Ken Tapping, August 28 2013
If you have ever been out in the wilderness, far from city lights, you will remember what those night skies looked like. There were so many stars it was hard to pick out familiar constellations, there was a manmade satellite crossing the sky every few minutes, and the Milky Way was amazing. You will have noticed that with your fully dark-adapted eyes, the sky looked dark grey rather than black, and your view had a rather grainy look, indicating it was dark enough for your eyes to work at the limit of their sensitivity, which does not happen often. With the exception of artificial satellites, that must be how our ancestors saw the night sky. This must have encouraged them to arrange the stars into constellations and to put their mythology in the sky. Almost all the world’s civilizations did this.
Sadly, the almost spiritual experience of enjoying a truly clear, dark, night sky is getting more difficult. The problem is us. The way we light our cities is incredibly wasteful of energy, because we happily generate light and send it upwards, where it lights nothing useful. It gives photographs of the Earth a sad beauty. The wasted light scatters off haze and dust in the atmosphere, making the sky glow and obliterating all but the brightest stars. There is a growing consciousness among communities in the western world that we can enjoy darker skies while saving money, through intelligent use of light. However, that will never yield the crystalline darkness we get by being far from streetlights.
Professional astronomers solve this problem by carefully sitting instruments on remote sites or the tops of mountains, using the clouds below to block out the lights. Unfortunately, amateur astronomers and those who just want to enjoy the sky do not have access to such locations. The more dedicated will drive for hours to get well away from cities and the housing developments expanding out from them. Many of those with families and modern career pressures may not have the time to do this. A more easily accessible option is needed.
Today, our searches for planets orbiting other stars suggest all stars have planets. If we assume just three planets per star on average, then there are 90 billion planets out there orbiting Sun-like stars. If we believe our Solar System is typical, there could be almost 10 billion Earth-like planets in the Milky Way, suitable for life as we know it.
A solution being implemented in Canada and some other countries is to set up “Dark Sky Reserves”. The idea is to pick really good, dark locations that are not too far from the communities who will enjoy them, and set up planning regulations that prevent the encroachment of street and other lights. The idea is to search out good, dark locations and then preserve them.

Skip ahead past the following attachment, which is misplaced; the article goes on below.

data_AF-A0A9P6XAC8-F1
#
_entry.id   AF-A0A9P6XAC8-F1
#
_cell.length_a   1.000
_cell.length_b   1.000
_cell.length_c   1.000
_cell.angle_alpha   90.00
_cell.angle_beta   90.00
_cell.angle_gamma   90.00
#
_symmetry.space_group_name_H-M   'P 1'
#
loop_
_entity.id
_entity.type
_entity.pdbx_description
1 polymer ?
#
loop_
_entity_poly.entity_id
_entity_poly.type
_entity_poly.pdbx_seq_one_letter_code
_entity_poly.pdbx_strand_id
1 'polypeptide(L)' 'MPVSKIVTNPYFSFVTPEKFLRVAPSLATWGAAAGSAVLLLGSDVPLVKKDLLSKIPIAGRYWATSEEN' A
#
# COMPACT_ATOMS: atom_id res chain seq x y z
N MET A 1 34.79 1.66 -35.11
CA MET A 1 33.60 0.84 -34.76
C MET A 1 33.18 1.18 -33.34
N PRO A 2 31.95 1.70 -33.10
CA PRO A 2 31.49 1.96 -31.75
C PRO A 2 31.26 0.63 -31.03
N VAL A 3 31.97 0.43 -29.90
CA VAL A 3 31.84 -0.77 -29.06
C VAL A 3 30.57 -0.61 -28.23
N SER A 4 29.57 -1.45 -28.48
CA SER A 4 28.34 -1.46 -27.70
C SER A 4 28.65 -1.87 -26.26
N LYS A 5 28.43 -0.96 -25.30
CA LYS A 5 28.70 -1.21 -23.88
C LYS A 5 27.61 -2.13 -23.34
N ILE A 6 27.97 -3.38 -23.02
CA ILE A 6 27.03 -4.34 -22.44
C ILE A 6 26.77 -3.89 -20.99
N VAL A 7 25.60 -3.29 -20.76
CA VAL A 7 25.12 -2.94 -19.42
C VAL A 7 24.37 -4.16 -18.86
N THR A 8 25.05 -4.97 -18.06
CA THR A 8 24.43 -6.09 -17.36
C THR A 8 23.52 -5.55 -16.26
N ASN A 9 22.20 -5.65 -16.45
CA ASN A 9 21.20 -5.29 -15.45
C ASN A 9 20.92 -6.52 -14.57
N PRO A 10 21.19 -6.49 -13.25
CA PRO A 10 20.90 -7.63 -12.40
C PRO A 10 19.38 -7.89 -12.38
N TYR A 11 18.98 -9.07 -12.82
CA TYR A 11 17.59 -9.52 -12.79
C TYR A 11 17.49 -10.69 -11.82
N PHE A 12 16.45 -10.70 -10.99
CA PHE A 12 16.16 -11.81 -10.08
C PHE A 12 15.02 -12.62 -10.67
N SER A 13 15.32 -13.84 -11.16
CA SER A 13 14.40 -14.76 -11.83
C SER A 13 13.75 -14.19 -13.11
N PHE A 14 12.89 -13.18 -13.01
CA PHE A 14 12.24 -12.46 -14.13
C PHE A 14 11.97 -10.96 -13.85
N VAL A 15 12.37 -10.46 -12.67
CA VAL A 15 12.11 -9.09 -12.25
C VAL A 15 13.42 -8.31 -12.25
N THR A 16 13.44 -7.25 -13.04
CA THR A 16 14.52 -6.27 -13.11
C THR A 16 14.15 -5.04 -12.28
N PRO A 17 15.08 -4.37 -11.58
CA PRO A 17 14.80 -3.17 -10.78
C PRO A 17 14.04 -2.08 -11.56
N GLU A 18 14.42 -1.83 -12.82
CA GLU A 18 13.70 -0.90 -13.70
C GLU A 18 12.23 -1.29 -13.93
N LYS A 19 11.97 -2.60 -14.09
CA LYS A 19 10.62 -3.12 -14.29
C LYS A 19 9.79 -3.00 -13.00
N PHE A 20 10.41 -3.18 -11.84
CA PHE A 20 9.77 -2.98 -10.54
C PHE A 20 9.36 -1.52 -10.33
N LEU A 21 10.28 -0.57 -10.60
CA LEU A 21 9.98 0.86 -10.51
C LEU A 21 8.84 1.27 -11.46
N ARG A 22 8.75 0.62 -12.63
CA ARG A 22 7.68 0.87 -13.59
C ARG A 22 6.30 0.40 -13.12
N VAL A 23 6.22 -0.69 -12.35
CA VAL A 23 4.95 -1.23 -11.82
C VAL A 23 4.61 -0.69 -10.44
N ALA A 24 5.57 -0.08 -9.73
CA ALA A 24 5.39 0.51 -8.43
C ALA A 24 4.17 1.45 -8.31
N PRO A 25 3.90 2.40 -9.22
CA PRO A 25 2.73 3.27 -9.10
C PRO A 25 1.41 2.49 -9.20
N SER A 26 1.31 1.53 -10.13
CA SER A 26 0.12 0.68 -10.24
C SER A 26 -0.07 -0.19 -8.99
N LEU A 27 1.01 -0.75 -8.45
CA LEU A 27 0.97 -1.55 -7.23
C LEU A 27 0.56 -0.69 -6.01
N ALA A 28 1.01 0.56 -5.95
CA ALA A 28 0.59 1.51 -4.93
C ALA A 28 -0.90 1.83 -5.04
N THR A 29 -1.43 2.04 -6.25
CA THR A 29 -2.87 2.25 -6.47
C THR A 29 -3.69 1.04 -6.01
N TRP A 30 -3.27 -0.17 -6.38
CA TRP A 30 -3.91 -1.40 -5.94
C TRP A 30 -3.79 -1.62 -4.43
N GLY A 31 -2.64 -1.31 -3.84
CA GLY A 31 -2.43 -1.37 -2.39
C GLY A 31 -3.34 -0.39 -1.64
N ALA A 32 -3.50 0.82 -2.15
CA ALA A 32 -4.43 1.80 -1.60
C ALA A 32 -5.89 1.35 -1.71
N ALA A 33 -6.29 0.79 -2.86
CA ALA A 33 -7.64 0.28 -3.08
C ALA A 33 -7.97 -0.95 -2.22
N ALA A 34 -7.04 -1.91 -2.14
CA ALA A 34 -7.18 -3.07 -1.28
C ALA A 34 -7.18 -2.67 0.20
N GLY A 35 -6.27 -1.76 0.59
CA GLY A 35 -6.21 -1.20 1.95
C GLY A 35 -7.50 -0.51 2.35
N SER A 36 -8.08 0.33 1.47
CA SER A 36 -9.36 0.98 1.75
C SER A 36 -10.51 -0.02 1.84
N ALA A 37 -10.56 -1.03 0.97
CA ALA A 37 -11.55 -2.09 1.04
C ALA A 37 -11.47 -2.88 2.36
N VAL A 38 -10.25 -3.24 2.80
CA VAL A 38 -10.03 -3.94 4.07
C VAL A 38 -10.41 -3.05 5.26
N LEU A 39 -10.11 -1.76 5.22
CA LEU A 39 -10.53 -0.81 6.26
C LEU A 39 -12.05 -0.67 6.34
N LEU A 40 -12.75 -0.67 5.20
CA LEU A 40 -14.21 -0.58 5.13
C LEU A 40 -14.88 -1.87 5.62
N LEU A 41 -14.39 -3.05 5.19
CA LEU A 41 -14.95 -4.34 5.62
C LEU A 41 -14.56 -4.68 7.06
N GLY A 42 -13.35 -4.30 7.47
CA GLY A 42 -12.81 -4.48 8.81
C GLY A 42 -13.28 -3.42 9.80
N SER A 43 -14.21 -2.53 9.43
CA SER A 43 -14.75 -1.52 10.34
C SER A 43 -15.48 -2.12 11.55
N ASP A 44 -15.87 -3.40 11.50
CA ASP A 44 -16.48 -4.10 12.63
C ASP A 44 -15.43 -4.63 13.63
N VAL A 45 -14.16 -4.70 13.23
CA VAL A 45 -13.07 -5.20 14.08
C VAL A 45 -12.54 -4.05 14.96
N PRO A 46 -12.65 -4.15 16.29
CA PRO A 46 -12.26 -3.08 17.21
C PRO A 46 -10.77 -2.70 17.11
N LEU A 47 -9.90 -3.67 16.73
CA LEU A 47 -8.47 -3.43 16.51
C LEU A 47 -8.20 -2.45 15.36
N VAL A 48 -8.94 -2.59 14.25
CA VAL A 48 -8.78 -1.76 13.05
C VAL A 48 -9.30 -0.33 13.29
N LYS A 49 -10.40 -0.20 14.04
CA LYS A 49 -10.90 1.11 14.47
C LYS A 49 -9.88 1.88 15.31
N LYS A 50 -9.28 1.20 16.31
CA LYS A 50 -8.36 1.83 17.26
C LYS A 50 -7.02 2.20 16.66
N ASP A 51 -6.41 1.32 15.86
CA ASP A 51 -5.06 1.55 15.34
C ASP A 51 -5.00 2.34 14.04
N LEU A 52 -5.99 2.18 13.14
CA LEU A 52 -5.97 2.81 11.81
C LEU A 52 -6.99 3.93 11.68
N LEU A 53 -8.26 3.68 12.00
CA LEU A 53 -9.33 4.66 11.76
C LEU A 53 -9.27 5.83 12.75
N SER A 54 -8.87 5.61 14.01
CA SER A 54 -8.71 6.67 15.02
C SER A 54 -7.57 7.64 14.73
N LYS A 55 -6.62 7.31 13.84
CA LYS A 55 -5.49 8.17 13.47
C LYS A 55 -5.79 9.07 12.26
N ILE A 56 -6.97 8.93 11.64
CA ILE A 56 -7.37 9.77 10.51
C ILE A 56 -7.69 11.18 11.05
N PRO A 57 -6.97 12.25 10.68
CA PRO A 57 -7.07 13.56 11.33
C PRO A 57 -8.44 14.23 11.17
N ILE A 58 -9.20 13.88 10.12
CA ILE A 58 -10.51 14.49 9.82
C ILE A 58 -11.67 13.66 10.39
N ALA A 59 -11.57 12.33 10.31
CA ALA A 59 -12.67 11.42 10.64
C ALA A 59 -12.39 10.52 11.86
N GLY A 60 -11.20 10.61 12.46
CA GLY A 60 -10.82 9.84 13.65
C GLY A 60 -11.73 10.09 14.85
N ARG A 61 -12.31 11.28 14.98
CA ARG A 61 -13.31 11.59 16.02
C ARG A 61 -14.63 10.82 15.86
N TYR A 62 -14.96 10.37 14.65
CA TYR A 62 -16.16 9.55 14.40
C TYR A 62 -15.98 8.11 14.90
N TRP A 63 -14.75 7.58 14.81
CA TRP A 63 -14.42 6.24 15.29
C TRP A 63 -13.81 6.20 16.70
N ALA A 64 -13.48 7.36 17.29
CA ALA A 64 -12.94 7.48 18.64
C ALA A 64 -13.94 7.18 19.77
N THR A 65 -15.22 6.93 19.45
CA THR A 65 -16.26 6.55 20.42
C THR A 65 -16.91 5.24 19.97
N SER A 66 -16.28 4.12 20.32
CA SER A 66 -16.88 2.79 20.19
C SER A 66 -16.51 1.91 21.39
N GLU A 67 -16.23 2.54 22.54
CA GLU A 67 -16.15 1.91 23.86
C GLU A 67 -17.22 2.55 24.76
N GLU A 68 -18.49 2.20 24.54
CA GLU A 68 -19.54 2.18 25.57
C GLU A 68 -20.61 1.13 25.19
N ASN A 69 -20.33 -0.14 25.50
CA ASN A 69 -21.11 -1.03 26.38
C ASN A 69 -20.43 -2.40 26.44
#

In many countries, high population densities can make it impossible. For example, in Britain today there are few truly dark locations. In Canada we are a lot better off. There is a lot of country and the population is small. Even with most of us living close to the US border it is possible to find nearby dark locations that can be preserved. There are dark sky reserves scattered across Canada, even in the relatively highly-populated areas in Ontario, not far from Toronto. Further from population centres it is easier to set up dark sky reserves and to make them larger. A dramatic example is the Wood Buffalo National Park, which stretches between Northern Alberta and the North-West Territories. On 2 August it was declared a Dark Sky Reserve. This reserve is bigger than Switzerland, and the second largest in the world. The biggest is in Greenland.
However, for many of us, enjoying the night sky takes place in our backyards or within a few kilometres of home. Fortunately, innovations in lighting technology and economic considerations are leading to better ways to put light where we want it, not squirting it in all directions.
If you are one of the few who have never tried it, there is nothing quite like lying in a sleeping bag, looking up at a truly clear, dark sky – mosquitoes permitting of course.
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